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Posted at 12:26 PM ET, 01/ 4/2011

No time to 'engage' North Korea

By Jennifer Rubin

Former United Nations ambassador and potential 2012 presidential contender John Bolton writes in the Wall Street Journal:

President Obama's North Korea policy has come to an entirely predictable dead end. Having for two years correctly resisted resuming the six party talks on the North's nuclear-weapons program, Mr. Obama is now pressuring South Korea to do just that. This is a significant mistake. It would have been bad enough had Mr. Obama simply picked up where the Bush administration left off in January 2009, but restarting the talks now will signal weakness and indecisiveness.

Rather than resume six-party talks, Bolton advises:

We should thoroughly isolate North Korea by denying it access to international financial markets, ramping up efforts to prevent trade in weapons- related materials and pressuring China to adhere to existing U.N. sanctions resolutions. Opening North Korea to foreign commerce to benefit its near-starving population, as some advocate, is utterly fanciful. If the regime had ever cared about its people, they wouldn't be in such dire straits.

We should also dramatically expand preparations for Kim [Jong Ill]'s inevitable demise

It is time, he posits, to make Korean unification our goal.

Christian Whiton, a Far East expert who served in the State Department from 2003 to 2009, agrees with Bolton's admonition that we should cease strong-arming South Korea. Whiton e-mails:

Pyongyang no doubt senses and is encouraged by a split between Seoul and Washington -- something it appears poised to exploit. America trying another kick at Lucy's football, as six party talks might be characterized, would also be a gift for the Chinese government, whose unelected boss is being given the honor of a state visit this month by the Obama White House. South Korean President Lee Myung-bak now gets to figure out how to handle the nuclear-armed regime that twice attacked his country last year -- without help from his treaty ally.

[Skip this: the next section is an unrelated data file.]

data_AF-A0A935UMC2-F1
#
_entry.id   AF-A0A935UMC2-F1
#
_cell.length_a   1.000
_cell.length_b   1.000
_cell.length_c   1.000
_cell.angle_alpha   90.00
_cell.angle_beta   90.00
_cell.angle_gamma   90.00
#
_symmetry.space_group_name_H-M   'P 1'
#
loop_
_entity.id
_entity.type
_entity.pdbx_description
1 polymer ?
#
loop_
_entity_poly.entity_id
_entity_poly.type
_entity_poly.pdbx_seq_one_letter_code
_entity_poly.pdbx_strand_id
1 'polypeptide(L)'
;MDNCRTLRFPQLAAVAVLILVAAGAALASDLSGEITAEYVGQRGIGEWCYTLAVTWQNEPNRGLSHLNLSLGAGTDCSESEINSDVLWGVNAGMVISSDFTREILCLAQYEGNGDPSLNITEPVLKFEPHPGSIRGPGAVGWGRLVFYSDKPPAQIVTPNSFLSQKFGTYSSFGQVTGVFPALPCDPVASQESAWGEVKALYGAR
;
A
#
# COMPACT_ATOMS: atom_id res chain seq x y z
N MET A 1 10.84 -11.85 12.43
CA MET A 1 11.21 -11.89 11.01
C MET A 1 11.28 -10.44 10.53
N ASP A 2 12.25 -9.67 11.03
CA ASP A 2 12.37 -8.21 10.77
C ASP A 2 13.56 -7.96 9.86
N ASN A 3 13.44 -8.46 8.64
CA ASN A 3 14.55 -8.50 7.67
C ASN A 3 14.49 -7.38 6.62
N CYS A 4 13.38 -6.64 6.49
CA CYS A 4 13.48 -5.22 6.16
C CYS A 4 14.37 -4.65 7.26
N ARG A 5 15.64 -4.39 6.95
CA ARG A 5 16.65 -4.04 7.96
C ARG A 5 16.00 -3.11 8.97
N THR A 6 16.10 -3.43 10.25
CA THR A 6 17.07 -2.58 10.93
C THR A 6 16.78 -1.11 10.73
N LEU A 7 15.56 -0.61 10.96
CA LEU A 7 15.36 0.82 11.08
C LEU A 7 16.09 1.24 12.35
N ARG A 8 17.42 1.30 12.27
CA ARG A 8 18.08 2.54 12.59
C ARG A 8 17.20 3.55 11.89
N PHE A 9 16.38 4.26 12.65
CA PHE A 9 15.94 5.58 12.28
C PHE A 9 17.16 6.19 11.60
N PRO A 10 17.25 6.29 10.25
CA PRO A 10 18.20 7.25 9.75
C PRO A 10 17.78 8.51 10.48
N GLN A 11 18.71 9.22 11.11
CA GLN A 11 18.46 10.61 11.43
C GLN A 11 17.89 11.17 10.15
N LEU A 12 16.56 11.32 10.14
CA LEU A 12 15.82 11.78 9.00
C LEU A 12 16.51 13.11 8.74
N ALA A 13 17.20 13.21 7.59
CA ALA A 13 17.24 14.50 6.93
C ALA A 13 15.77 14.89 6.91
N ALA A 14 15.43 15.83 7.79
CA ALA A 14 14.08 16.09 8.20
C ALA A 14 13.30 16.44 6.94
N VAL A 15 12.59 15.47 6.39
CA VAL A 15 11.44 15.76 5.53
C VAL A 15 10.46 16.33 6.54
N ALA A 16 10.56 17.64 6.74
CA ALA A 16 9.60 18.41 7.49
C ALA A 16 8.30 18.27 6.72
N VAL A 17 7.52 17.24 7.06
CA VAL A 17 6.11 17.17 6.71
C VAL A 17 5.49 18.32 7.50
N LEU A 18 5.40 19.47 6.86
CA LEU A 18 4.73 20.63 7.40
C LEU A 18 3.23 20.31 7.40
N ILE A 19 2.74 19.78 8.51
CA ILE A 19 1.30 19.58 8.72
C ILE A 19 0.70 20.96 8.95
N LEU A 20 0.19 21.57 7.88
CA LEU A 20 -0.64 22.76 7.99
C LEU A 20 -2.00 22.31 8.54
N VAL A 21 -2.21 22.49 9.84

Rather than pushing around our ally, Whiton urges that, in addition to the measures Bolton suggests, we take a number of steps to counter North Korean aggression.

First, he urges that we should be "dramatically increasing defector-led radio broadcasting from outside North Korea. The truth is Kim Jong Il's greatest foe, and dissent movements thrive on factual information that undermine the dictators' propaganda." It is a truism that, as we pump more information in, thereby bolstering oppostion forces, our ability to extract intelligence from a despotic regime increases.

Second, he recommends that we halt "remaining UN aid and other funds flowing to North Korea, which the regime uses to survive." As we have done with Iran, Whiton argues that we "should also deny any financial organization that deals with North Korea the ability to clear transactions in U.S. dollars -- essentially a threatened death penalty for banks that would end the regime's ability to move funds and reward those who keep it in power." He also argues in favor of stopping trade and seaborne proliferation, if necessary by impounding "ships going to or from North Korea." And finally he argues that we need to change the military balance in the region:

We should consult with South Korea and Japan about increasing the forces of our three nations available for a rapid move on Pyongyang should one ever become necessary. More importantly, we should talk openly about placing U.S. tactical nuclear weapons in the 5-150 kiloton range in the region to counter the growing nuclear threat from North Korea. For the first time, this would make China realize supporting North Korea is harming Beijing's own security, which just might make it less willing to aid Pyongyang. Kim's generals would also see they are worse off for following him.